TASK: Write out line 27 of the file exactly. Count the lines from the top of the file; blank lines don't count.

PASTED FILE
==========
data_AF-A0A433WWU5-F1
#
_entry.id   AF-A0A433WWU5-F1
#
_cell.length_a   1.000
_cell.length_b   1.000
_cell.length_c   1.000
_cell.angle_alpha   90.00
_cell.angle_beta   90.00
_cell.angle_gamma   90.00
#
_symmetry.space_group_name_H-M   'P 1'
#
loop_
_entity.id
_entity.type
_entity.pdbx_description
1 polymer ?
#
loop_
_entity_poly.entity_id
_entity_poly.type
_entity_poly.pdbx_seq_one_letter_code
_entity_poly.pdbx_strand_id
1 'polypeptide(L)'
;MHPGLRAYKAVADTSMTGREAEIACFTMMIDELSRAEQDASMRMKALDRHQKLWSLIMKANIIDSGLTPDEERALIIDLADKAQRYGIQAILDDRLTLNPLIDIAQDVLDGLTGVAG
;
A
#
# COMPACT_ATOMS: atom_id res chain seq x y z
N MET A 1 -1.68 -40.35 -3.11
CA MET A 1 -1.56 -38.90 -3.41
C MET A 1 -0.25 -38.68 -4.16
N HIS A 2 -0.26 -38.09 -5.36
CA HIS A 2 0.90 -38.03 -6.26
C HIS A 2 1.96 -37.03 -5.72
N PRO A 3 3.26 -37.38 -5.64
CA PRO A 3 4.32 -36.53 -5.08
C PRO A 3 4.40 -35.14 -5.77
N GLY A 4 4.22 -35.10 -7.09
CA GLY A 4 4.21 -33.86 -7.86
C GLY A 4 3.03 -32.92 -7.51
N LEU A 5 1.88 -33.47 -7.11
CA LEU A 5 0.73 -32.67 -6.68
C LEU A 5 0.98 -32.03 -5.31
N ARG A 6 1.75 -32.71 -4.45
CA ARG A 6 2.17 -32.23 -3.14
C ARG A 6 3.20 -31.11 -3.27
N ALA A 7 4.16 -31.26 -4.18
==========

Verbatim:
;